Our Playhouse
August 24, 2012

We played in the shadow Of murderers’ at work, Kneading soldiers out of mud, Stepping on them When we were done playing.  Girls walking the streets Gave us bread to eat. An old dog with a limp Kept us warm at night As we huddled in doorways.  My friends, my playmates, We never saw the dead, Only the birds scatter After we heard the gunshots And ducked our heads.  This poem appeared in the September 13, 2012 issue of the magazine.  

Night Music
August 24, 2012

Little brook, running past my house, I like the tune you hum to yourself When night comes, And only the two of us are awake. You keep me company So I don't fear The darkness round my bed And the thoughts in my head Flying crookedly like bats Between the old church and the graveyard. This poem appeared in the September 13, 2012 issue of the magazine.

Today’s Menu
August 24, 2012

All we got, mister, Is an empty bowl and a spoon For you to slurp Great mouthfuls of nothing,  And make it sound like A thick, dark soup you’re eating, Steaming hot Out of the empty bowl. This poem appeared in the September 13, 2012 issue of the magazine.

Flightlessness and Eggs
July 25, 2012

Campbell McGrath has never been a difficult poet, but his early work was complex and often exciting for the ease with which readers could feel its com

June 07, 2012

A word drops into the mist like a child's ball into high grass where it remains intermittently visible, seductively flashing and glinting until the gold bursts are revealed to be simply field buttercups. Word/mist, word/mist—thus it was with me. And yet, my silence was never total— Like a curtain rising on a vista, sometimes the mist cleared: alas, the game was over. The game was over and the word had been somewhat flattened by the elements so it was now both recovered and useless.  I was renting, at the time, a house in the country. Fields and mountains had replaced tall buildings. Fields, co

The Wife
June 07, 2012

She was nothing. I was she. Even though she understood, the pouring of silvery light into the kitchen each brisk newlywed morning, the crackling of loaves being lifted from the stone, the blackness of tea made days unfold as if divinely scripted, as if all were a discipline, universally obeyed. The lack of plans, the hunger of the ocean, the slight uncertainty about necessities created neither fear nor worry; all who were officially we would find their way. A man would protect his home.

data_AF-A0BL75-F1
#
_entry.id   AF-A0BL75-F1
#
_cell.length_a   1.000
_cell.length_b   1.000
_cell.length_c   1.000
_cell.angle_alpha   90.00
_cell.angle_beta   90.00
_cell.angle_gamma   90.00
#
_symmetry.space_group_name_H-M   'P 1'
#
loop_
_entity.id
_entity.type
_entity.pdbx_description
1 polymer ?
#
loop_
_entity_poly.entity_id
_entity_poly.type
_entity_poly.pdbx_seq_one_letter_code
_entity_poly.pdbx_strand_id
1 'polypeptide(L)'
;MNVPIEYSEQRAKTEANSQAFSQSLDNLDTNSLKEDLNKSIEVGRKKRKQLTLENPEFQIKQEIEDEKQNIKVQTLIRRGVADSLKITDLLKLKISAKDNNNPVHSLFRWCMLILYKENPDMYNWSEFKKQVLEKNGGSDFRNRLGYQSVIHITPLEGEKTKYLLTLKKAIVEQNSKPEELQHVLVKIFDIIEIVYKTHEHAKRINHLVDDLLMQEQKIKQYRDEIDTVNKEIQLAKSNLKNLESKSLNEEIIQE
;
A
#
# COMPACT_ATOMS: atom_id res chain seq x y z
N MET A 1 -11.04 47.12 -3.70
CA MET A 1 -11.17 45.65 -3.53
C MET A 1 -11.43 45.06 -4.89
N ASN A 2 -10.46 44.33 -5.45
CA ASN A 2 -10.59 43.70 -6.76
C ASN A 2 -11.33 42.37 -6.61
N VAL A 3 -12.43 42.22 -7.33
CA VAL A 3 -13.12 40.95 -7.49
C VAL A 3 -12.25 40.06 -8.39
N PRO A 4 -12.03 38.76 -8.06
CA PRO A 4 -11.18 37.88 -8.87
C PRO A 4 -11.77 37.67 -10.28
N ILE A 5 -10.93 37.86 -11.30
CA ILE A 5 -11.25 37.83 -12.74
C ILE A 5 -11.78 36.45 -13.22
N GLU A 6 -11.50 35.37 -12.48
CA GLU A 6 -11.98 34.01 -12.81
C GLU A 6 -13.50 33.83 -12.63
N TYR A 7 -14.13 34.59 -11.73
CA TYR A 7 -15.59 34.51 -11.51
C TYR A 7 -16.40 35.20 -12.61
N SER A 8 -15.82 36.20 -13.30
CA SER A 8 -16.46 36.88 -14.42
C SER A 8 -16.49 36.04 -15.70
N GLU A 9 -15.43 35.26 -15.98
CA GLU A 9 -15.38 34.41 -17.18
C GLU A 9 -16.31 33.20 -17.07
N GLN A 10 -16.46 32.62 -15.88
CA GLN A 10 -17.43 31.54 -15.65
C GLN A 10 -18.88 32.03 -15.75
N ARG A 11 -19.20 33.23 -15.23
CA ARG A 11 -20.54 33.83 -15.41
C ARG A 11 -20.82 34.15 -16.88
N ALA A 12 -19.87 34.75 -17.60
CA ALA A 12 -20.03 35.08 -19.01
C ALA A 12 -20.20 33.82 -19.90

Flames of Goodness
May 30, 2012

THE POLISH POET Cyprian Norwid—though he is known to his compatriots as an artist of the highest eminence and read by schoolchildren in Poland almost

Should the Night
May 18, 2012

Should the night approach your window— go to him naked.  He will flow and darken gently around your hushing beauty, and touch the line of your breasts.  I will stand with him, lost and mutely yearning: come to our darkness.  And your eyes will travel ahead of us giving light for me and my friend. 1923 —Translated from Hebrew by Leon Wieseltier. This poem appeared in the June 7, 2012 issue of the magazine.

How, Beloved
May 18, 2012

How, beloved, can I watch you stand alone in sorrow’s storms, and my heart not tremble? Already a profound night, blacker than the black of your eyes, falls silently upon the universe.  Already it has touched your curls--  Rise up. My hand will hold your dreaming hand and lead you slowly in between the nights. Through the pale mists of childhood my father thus guided me to the house of worship. 1923 —Translated from the Hebrew by Leon Wieseltier. This poem appeared in the June 7, 2012 issue of the magazine.     

Among Schoolchildren
May 04, 2012

The one-story houses were painted aqua, violet, orange, pistachio. I spoke to the taxi driver in broken Spanish. I was becoming a priest, I told him, God willing—Soy un sacerdote (the tense wrong, the article unnecessary, the r rolled too strong)— as we drove over ruts, pot holes, and alongside hungry dogs. Much of the taxi’s interior had been removed. Time slowed that summer in San Pedro Sula. Around the rotary, legless men shook their tambourines, epileptics convulsed, and the blind tapped their sticks through donkey excrement.